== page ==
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Dallas police officers now have to wear body camera on off-duty jobs, chief says

Chief Eddie Garcia called the wearing of body cameras, both on-duty and at off-duty jobs, "imperative."

DALLAS — Dallas police officials are now requiring officers to wear their body-worn cameras at all off-duty jobs they work, according to a memo from police Chief Eddie Garcia.

Garcia sent the memo to all police department employees on Monday.

"There are many instances where officers are working off-duty jobs and taking reports, affecting arrests, and/or involved in use of force incidents," Garcia said in the memo. "These incidents are crucial for prosecution, transparency, and for justification."

Garcia's memo came after an off-duty officer, Keenan Blair, was not wearing a body-worn camera when he fired shots at a vehicle following a shooting over the weekend.

Blair and another officer were working an off-duty job at the 216 Lounge in the Bishop Arts area when an argument and shooting happened. Three people were injured in the initial shooting, though Blair's shots did not strike anyone. The other officer working off-duty with Blair also did not have a body camera.

Officers have the option to work off-duty jobs, outside of their normal shifts, but the jobs have to be approved by their supervisor.

Garcia called the wearing of body cameras, both on-duty and at off-duty jobs, "imperative."

Garcia reminded officers that they are responsible for having their cameras charged before their shift, a task "no different than charging your Department issued radio and flashlight."

Before Garcia's memo, the police department's general orders said officers "may" use body-worn cameras at off-duty jobs. The general orders have since been updated, changing "may" to "will."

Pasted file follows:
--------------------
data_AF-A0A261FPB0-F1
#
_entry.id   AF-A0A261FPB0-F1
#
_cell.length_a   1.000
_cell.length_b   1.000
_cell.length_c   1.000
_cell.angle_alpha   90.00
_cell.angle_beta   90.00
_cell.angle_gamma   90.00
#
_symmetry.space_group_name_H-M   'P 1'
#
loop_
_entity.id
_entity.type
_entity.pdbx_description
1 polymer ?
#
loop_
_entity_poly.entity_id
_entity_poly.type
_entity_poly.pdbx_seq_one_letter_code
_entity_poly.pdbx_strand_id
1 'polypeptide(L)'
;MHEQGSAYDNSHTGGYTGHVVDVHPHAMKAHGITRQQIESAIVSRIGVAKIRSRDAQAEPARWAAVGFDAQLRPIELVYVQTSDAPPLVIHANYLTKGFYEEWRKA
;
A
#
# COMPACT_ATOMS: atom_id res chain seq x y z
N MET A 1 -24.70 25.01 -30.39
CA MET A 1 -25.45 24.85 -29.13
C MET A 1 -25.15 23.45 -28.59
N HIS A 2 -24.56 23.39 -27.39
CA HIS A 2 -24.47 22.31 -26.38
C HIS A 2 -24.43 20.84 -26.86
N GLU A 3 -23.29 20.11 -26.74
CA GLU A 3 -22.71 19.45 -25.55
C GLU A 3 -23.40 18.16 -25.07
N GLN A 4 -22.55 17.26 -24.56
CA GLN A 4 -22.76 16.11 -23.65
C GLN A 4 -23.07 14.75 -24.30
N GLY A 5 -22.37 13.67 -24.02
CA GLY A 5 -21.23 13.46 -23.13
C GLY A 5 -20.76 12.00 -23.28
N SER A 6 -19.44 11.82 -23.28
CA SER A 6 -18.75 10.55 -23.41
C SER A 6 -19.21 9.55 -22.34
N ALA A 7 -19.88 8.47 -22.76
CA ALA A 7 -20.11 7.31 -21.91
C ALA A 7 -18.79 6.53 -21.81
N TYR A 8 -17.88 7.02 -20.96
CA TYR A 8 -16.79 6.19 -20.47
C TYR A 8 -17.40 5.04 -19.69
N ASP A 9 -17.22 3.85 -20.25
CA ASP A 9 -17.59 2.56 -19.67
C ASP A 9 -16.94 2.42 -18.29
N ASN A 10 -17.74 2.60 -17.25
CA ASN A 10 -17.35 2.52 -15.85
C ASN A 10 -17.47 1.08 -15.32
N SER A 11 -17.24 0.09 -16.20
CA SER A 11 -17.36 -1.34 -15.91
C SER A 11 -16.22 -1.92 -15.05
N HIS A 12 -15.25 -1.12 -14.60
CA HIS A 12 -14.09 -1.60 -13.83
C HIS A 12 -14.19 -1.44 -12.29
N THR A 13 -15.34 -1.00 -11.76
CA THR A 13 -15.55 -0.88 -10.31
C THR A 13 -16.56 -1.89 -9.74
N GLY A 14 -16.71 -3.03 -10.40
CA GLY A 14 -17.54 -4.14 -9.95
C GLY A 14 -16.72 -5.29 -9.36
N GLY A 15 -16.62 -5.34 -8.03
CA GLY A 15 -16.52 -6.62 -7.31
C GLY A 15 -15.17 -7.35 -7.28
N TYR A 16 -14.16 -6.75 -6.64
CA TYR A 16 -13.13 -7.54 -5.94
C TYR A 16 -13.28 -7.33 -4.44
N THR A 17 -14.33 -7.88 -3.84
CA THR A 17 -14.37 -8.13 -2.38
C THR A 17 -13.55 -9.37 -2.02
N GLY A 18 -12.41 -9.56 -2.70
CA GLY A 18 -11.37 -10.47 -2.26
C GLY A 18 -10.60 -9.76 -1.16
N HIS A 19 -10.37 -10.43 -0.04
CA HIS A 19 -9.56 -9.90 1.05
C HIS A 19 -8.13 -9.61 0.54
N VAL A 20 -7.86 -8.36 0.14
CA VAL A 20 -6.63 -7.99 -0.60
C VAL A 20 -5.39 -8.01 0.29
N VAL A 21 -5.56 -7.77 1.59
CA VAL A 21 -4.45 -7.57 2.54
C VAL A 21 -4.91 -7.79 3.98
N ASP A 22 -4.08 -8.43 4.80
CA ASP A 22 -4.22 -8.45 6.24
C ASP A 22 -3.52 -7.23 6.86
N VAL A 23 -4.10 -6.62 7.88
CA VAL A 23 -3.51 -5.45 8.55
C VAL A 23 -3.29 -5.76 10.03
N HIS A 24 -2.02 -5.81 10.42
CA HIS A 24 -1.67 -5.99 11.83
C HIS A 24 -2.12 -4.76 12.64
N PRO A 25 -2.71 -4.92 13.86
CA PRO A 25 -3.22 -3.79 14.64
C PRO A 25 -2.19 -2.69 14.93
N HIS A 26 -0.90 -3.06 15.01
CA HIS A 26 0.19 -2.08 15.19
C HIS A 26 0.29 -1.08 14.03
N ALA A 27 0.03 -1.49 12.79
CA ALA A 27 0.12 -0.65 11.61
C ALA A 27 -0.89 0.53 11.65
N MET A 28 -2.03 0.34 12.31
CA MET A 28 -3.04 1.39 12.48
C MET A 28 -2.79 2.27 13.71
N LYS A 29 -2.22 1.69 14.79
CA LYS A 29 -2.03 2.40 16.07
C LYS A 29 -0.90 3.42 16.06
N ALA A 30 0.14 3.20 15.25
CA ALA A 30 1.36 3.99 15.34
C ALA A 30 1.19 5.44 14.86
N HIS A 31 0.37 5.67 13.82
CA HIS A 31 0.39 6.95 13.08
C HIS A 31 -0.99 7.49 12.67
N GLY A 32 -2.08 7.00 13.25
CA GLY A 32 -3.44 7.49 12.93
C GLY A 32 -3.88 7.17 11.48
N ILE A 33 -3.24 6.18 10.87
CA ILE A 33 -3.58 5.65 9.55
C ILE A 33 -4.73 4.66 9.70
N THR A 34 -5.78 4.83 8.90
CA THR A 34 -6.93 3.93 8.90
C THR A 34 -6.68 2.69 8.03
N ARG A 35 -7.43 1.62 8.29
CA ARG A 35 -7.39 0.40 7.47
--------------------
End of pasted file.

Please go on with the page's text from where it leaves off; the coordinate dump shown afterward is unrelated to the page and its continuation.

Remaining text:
Officers are also required to download all video from their cameras by their next shift, according to the general orders.

Most Dallas police officers now have body cameras, though that wasn't the case in recent years as the city worked to increase the department's supply of the technology.

Mike Mata, president of the Dallas Police Association union representing officers, said he "absolutely" approves of Garcia's policy change.

"This policy was not initiated earlier only due to the fact that at the time we did not have enough body cameras for every officer and we had a cloud storage issue," Mata said. "Now most, if not all, patrol officers have been issued a body camera and our media storage limitations have been increased to accommodate the increase in capacity. So in this case, it was just a matter of policy catching up to progress."

George Aranda, the president of Dallas' National Latino Law Enforcement Organization, also supported the policy change.

Aranda said "any tool that the department can add to show transparency and to show that our officers are doing their job to the best of their ability is a plus for all law enforcement."

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